Insurances Accepted For Evaluation
Right now, the health care debate, as far as breast cancer and mammograms is concerned, is centered around women worried that they will no longer be covered for mammograms between the ages of 40 and 50. Scores of women came into the public eye to make announcements that if they had not been tested at 40, their cancer would not have been detected and they could have been dead by now.
The debate rages on, with the new published guidelines. But, what?s not so much in the public eye, and never has been, is the rising amount of young teenagers, or teens, with breast cancer. No one seems to be able to come to a consensus as to why women, younger and younger, are getting a disease usually reserved for those near or after menopause.
According to a story on CNN.com, only about seven percent of breast cancer cases occur in patients under the age of 40. Check out the full story here: http://www.cnn.com/2009/HEALTH/10/26/tweens.breast.cancer/index.html Though there is no way for sure to tell if you will get breast cancer or not, there are several printed guidelines as to what you can do to reduce your risks. Among those are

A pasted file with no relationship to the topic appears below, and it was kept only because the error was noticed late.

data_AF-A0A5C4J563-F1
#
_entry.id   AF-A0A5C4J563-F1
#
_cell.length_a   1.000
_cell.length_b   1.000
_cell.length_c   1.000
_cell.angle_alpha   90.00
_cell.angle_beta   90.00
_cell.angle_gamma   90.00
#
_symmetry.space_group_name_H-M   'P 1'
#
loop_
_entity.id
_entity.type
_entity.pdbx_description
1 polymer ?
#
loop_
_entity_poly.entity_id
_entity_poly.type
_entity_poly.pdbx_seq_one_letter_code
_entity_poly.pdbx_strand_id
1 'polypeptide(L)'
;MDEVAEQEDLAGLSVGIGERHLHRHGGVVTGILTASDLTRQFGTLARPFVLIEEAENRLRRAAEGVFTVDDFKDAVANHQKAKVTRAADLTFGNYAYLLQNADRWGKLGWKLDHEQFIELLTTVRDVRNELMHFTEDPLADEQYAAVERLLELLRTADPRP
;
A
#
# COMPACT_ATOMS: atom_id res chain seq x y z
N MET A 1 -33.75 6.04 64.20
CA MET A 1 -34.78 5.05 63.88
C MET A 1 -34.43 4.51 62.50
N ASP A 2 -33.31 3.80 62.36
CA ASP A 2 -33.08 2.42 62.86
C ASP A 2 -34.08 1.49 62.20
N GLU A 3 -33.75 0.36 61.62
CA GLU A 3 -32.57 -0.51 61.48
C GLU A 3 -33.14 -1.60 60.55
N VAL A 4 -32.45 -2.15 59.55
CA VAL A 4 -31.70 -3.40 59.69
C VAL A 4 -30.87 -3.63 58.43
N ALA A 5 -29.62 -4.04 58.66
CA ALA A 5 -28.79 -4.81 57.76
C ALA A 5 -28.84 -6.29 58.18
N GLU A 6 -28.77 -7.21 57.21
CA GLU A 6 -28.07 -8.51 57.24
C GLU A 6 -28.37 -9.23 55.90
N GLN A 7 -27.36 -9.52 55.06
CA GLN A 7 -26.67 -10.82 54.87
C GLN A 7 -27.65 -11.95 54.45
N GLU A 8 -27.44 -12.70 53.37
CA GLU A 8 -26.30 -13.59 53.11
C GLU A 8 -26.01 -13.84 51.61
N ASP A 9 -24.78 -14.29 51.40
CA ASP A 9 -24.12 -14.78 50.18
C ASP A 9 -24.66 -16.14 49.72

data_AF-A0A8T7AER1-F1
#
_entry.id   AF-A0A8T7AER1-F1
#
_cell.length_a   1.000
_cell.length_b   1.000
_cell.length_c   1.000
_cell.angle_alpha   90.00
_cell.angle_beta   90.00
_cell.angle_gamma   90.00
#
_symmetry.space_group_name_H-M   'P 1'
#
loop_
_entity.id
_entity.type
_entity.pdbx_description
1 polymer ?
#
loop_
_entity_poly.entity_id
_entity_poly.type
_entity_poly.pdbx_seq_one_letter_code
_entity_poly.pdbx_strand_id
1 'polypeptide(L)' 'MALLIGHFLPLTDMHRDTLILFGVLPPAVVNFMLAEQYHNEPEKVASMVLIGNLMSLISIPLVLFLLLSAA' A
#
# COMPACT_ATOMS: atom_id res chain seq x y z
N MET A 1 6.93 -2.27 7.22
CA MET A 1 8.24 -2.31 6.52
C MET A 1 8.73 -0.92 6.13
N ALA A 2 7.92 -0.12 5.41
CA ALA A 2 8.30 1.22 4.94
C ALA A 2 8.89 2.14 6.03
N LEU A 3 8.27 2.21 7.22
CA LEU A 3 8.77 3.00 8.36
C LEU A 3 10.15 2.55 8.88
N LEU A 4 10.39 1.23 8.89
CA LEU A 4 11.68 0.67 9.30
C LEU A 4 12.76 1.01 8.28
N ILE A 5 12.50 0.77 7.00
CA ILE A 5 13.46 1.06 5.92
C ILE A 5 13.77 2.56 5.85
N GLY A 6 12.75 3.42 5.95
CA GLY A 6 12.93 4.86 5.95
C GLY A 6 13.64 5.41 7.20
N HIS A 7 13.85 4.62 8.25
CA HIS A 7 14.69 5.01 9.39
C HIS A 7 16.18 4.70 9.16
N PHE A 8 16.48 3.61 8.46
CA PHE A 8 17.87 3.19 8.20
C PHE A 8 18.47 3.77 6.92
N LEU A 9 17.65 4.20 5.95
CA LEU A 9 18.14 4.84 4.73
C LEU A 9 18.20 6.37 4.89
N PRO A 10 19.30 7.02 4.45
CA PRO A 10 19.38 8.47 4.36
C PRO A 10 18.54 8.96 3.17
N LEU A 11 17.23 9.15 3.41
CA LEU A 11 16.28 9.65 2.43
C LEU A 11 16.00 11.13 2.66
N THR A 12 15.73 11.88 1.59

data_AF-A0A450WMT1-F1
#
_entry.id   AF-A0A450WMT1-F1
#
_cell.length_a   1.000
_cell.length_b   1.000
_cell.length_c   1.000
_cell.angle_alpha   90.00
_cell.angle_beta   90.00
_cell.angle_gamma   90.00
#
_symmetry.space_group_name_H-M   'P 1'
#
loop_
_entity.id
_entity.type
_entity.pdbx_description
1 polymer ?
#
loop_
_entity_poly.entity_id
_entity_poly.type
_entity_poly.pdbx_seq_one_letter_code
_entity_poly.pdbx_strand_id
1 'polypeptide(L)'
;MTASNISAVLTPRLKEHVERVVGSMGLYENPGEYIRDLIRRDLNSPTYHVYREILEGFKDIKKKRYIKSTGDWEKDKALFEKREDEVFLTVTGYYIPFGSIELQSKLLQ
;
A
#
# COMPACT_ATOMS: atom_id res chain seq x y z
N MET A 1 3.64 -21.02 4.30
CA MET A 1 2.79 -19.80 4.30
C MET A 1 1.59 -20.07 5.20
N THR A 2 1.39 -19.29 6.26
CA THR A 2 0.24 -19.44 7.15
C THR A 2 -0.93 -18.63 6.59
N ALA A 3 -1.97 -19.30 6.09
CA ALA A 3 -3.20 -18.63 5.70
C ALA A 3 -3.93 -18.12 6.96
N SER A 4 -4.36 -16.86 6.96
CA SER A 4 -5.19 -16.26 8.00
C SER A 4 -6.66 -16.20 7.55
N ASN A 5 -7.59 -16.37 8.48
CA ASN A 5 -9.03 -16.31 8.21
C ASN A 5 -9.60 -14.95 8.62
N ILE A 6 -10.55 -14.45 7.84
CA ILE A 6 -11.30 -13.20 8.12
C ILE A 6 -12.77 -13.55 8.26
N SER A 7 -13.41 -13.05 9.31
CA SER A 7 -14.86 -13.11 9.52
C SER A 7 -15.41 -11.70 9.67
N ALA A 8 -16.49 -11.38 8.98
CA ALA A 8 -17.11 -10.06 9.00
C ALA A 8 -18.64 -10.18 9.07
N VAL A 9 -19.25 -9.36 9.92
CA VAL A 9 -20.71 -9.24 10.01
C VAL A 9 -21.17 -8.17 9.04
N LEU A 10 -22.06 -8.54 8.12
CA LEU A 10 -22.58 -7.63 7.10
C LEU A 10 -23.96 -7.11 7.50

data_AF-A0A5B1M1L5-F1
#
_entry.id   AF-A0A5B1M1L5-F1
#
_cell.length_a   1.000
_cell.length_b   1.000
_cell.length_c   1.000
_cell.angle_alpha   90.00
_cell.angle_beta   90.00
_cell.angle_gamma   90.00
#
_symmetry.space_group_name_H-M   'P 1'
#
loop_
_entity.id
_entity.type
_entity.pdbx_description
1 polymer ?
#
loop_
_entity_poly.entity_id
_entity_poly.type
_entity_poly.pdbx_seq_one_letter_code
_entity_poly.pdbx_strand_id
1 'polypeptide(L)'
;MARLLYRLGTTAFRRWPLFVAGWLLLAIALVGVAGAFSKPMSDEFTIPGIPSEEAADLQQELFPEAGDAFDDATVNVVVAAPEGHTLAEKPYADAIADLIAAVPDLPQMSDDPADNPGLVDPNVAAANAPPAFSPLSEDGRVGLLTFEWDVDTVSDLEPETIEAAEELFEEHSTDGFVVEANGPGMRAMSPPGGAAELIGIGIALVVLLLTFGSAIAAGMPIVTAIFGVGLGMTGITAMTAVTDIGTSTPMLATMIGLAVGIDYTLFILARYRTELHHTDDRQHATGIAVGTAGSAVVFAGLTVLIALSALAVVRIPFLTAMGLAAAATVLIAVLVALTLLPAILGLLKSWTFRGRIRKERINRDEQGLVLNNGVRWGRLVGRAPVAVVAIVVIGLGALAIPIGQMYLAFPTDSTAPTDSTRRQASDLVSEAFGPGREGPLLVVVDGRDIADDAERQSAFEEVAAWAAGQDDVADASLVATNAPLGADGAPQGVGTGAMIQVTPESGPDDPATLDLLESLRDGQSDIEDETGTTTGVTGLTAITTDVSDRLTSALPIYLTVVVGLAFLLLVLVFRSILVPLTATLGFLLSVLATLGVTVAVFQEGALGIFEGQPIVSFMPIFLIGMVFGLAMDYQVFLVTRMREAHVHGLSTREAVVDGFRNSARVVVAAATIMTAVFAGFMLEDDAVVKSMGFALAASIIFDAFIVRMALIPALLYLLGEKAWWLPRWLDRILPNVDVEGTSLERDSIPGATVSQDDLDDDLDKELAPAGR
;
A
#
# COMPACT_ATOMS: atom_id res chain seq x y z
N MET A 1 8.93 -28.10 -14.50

- maintaining a healthy weight,
- eating real foods like fruits and vegetables
- limiting alcohol consumption.
Too much estrogen in the body as well as inflammation and lack of natural protection factors as vitamin D, for example, contributes to breast cancer risks. Checking how your body is at getting rid of excess estrogen can considerably helpful. This works by checking the gut, as it is the gut that estrogen elimination depends on. If the gut is working properly, the right bacteria is helping to get rid of estrogen.
There are tests available to see if estrogen is contributing to your or your child?s breast cancer risk, and they are available at our offices. It is possible to survive breast cancer at any age. Here is another uplifting story. http://www.wvec.com/home/Teen-breast-cancer-survivor-raises-awareness-raises-concerns-about-panels-findings-70680522.html.